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Nippon India ETF Gold BeES: Good vehicle to hike gold exposure

Kumar Shankar Roy BL Research Bureau | Updated on March 13, 2021

The exchange-traded fund ticks all boxes as an efficient tool to track gold prices

In the past six months, the domestic price of gold has slipped nearly 11 per cent amid a strengthening rupee, falling global gold prices and reduction in customs duty.

Investors should use the present correction in gold prices to increase their allocation.

Macro-economic uncertainties, such as threat of high inflation, lower real interest rates and overvalued asset bubbles, have not receded. Against this backdrop, gold remains an effective portfolio diversifier.


Investors who anticipate gold prices to remain lower for longer can stagger their purchase in units of Nippon India ETF Gold BeES, an exchange-traded fund with a 14-year track record. The ETF offers best-in-class liquidity and convenient exposure to gold under a decent cost structure.

Why this fund

A gold ETF is a passive investment instrument that aims to closely track the returns provided by the domestic price of gold.

Gold ETFs buy physical gold of 99.5 per cent purity, and investors get the units of the ETFs.

Nippon India ETF Gold BeES is a good option on account of it being the most liquid and actively traded gold ETF. This must be seen in the context of the ETF being the biggest in terms of assets (₹5,519 crore) and having the highest six-month average daily turnover of ₹20 crore (NSE).

Impact cost is a practical and realistic measure of market liquidity. Nippon India ETF Gold BeES has the minimum impact cost of 0.03 compared with peers such as HDFC Gold ETF (0.05), SBI ETF Gold (0.05), Kotak Gold ETF (0.07) and ICICI Prudential Gold ETF (0.12).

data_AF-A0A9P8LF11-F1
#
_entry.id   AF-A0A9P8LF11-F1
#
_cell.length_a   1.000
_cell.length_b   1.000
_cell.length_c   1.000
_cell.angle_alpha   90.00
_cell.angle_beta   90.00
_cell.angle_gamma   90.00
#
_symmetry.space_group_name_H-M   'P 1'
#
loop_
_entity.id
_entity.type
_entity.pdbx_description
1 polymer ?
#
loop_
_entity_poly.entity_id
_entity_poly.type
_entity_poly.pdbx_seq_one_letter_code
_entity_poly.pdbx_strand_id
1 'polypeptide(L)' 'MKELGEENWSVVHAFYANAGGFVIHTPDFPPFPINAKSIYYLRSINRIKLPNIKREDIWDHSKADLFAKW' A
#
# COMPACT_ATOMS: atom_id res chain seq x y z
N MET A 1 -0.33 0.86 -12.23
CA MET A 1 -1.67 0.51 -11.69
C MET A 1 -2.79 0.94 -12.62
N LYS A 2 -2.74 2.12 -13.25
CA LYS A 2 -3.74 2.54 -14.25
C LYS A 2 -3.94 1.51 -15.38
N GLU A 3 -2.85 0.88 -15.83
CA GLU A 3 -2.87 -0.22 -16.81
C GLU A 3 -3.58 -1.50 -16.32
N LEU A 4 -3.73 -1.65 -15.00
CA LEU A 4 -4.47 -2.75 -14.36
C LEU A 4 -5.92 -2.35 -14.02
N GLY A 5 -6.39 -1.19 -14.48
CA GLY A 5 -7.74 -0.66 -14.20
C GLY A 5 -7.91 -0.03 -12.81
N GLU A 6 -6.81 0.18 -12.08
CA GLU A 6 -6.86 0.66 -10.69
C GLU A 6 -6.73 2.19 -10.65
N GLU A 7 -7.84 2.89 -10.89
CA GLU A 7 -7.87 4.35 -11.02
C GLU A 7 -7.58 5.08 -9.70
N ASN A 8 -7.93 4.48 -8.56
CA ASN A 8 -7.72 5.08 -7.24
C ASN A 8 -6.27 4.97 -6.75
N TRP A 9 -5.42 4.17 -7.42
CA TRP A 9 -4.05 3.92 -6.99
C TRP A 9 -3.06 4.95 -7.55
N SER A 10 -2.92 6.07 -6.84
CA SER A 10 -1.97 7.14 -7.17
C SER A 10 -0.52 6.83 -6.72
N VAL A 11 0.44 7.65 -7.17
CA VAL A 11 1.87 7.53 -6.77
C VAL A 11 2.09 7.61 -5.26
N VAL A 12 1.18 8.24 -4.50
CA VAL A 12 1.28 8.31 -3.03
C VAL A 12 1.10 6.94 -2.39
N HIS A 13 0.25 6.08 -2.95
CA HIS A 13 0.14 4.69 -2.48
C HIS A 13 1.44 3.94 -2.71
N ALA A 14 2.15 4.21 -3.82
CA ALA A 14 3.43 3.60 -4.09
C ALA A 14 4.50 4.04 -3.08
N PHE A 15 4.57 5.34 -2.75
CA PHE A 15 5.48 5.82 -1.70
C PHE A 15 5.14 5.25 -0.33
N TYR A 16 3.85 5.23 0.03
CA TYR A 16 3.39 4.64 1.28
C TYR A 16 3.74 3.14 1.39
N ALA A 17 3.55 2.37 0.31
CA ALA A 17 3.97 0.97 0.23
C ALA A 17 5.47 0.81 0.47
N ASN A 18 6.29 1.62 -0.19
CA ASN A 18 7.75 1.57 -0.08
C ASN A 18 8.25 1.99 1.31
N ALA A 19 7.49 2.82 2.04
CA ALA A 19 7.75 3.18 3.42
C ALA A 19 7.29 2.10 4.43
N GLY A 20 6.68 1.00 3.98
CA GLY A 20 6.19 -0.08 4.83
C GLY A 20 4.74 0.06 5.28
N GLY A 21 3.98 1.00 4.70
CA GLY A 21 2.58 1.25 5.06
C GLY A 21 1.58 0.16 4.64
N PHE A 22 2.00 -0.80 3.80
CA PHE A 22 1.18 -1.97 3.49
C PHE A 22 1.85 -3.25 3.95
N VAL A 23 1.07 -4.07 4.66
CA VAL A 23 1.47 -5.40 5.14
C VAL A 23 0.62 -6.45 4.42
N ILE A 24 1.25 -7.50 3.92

ETFs are traded like stocks, thereby facilitating fast entry and exit through the stock exchanges during market hours.

The Nippon ETF has a reasonable expense ratio of 0.82 per cent (others charge up to 1.07 per cent). It has reported returns of 18.81 per cent, 16.34 per cent and 11.51 per cent in one-, three- and five-year periods, respectively, as on January 31, 2021.

A low tracking error means an ETF’s portfolio is closely following its underlying. Nippon India ETF Gold BeES has the lowest tracking error among its peers. Thus, it ticks the maximum boxes as an efficient vehicle to track gold prices.

Rising yields and a strong dollar have weighed on global gold prices, of late. However, positive drivers of gold price such as growing inflationary pressure and monetary expansion initiatives are still in place.

Hence, investors can benefit from holding gold (possibly 10-15 per cent) in their portfolio from the point of view of asset diversification.

Advantage ETF

There are two areas where gold ETFs have a clear edge over Sovereign Gold Bonds (SGBs). Buying and selling SGBs in the secondary market may not be easy because of insufficient volumes.

Besides, primary SGB issues come in tranches and thus are not an all-year-round choice. Gold ETFs, on the other hand, can be bought any time.

Compared with high spreads of 3-8 per cent while transacting in physical gold, purchasing units of gold ETFs entails a small brokerage charge of 0.5-1 per cent (apart from the expense ratio).

You can also buy gold ETF units in small quantities. For instance, a unit of Nippon India ETF Gold BeES is approximately equal to 0.01 gram of gold. In comparison, the minimum initial investment is 1 gram for physical gold for SGBs.

Long-term capital gains (LTCG) tax at 20 per cent with indexation benefit is applicable on gold ETFs if gains on units are held for more than 36 months. Short-term capital gains (STCG) tax is imposed at the investor’s income-tax slab rate if gains on units are held for less than 36 months. This is similar to capital gains on SGBs sold in the secondary market.

(This is a free article from the BusinessLine premium Portfolio segment. For more such content, please subscribe to The Hindu BusinessLine online.)

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Published on March 06, 2021
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